A librarian at the Boston Public Library.

Being a Victorian Librarian Was Oh-So-Dangerous

In the late 19th century, more women were becoming librarians. Experts predicted they would suffer ill health and breakdowns.
The Hollywood Ten await fingerprinting by the U.S. Marshals Service, stemming from communist suspicions, November 1947.

Making the Movies Un-American

How Hollywood tried to fight fascism and ended up blacklisting suspected Communists.

The Healing Buzz of "Drunk History"

Sweet, filthy, and forgiving, it’s a corrective to the authoritative, we-know-better tone of most historical nonfiction.
Graceland's living room.

Going to Graceland

The makers of the documentary “The King” turn to Elvis Presley to understand something about the state of the country.

Rereading Childhood Books Teaches Adults About Themselves

Whether they delight or disappoint, old books provide touchstones for tracking personal growth.
Image from the cover of the Hammacher Schlemmer Spring 2016 catalog.

The World’s Most Peculiar Company

How does Hammacher Schlemmer, famous for such eccentric products as the Navigable Water Park, continue to survive in the age of Amazon?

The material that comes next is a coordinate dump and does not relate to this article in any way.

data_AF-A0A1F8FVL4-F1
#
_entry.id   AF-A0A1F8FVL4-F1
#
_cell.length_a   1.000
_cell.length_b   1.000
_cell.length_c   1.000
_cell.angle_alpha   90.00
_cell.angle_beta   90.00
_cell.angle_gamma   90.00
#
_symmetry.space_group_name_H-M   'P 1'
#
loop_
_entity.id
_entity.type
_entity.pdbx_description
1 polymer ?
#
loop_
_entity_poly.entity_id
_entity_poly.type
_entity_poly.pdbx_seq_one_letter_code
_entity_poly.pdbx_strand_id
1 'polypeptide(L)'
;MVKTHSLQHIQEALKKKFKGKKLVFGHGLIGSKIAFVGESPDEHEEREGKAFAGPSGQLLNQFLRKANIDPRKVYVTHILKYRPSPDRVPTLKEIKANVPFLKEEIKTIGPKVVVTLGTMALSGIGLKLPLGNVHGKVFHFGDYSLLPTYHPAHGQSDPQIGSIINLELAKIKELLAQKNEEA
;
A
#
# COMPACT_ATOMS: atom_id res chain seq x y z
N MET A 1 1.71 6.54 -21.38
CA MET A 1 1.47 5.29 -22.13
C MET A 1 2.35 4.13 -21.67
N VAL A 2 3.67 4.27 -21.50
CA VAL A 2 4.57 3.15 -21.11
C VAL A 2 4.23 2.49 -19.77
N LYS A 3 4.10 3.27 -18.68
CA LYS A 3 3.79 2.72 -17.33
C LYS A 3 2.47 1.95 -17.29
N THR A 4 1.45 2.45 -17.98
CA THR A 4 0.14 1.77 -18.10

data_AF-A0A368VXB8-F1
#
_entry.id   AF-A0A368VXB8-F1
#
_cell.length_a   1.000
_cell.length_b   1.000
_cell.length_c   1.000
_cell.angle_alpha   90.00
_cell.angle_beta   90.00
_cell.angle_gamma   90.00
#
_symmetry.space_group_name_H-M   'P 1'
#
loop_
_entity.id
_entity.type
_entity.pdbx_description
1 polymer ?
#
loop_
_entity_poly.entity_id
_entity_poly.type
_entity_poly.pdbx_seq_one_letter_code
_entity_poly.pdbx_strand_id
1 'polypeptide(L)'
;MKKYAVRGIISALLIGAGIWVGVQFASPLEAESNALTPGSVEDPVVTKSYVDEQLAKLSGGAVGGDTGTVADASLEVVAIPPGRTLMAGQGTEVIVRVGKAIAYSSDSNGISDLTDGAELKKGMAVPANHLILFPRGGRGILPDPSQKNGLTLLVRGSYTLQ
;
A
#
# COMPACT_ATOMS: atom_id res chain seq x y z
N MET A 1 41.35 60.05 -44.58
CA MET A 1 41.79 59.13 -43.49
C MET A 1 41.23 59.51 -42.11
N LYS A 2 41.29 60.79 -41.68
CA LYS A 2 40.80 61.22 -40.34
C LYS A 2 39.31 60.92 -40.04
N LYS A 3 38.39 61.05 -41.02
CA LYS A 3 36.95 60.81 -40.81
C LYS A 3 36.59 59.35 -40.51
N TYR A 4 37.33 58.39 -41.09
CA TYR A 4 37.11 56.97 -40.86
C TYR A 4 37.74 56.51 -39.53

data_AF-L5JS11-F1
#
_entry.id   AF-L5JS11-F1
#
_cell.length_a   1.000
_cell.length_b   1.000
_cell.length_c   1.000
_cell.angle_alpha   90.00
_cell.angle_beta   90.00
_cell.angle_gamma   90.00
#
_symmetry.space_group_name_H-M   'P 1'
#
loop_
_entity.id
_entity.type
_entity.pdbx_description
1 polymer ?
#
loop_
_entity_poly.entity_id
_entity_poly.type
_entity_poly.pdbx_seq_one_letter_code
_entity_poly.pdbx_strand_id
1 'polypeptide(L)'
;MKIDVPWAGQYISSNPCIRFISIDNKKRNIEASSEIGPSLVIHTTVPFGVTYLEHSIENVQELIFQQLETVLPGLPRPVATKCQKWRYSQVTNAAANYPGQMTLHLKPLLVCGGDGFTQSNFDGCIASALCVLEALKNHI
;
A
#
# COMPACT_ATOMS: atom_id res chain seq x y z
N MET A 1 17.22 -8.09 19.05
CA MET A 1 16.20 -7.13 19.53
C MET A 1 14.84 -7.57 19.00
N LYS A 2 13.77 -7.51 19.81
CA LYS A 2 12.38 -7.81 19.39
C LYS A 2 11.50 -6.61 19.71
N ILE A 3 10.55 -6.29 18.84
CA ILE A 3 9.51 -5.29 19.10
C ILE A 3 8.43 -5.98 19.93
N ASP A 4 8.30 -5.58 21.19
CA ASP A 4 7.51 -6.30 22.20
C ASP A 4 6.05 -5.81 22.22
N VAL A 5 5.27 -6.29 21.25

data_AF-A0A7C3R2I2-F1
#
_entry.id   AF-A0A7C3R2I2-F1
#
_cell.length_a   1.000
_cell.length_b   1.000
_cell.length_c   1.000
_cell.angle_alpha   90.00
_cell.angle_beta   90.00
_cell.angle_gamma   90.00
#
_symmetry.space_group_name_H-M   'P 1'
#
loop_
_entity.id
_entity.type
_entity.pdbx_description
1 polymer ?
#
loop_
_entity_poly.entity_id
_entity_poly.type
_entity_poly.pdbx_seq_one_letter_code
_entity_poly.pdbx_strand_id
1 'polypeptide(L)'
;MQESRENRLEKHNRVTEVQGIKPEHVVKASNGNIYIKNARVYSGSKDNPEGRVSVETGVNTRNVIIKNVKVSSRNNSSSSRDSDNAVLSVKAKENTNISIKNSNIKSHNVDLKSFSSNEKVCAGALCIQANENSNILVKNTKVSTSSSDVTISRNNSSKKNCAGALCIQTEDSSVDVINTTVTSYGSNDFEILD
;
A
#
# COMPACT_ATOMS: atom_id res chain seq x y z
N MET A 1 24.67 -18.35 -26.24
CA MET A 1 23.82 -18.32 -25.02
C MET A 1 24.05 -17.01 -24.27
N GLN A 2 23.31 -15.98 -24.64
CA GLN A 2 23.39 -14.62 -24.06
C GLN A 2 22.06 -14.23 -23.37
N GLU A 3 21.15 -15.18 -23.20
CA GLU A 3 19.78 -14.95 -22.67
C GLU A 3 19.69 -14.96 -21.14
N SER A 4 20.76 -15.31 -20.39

Several volumes of the Oxford English Dictionary on a shelf.

The Draconian Dictionary Is Back

Since the 1960s, the reference book has cataloged how people actually use language, not how they should. That might be changing.
The Agnes Scott team: Katherine Bell, Karen Gearreald, Malinda Snow, and Betty Butler.

The Greatest Upset in Quiz Show History

Agnes Scott vs. Princeton, GE College Bowl, 1966.
The FBI's official anti-piracy warning.

How 1960s Film Pirates Sold Movies Before the FBI Came Knocking

The FBI storms a suspect's property, guns drawn. The crime? Film piracy.
Photograph of writer H. L. Mencken (1928).

The Strange Decline of H.L. Mencken

No American writer has wielded such influence. So why is he so little known today?
Men repair binoculars at Navy Yard (April 30, 1926).

Defining Privacy—and Then Getting Rid of It

The beginnings of the end of private life in the late nineteenth century.
Charles Murray.

The White Man, Unburdened

How Charles Murray stopped worrying and learned to love racism.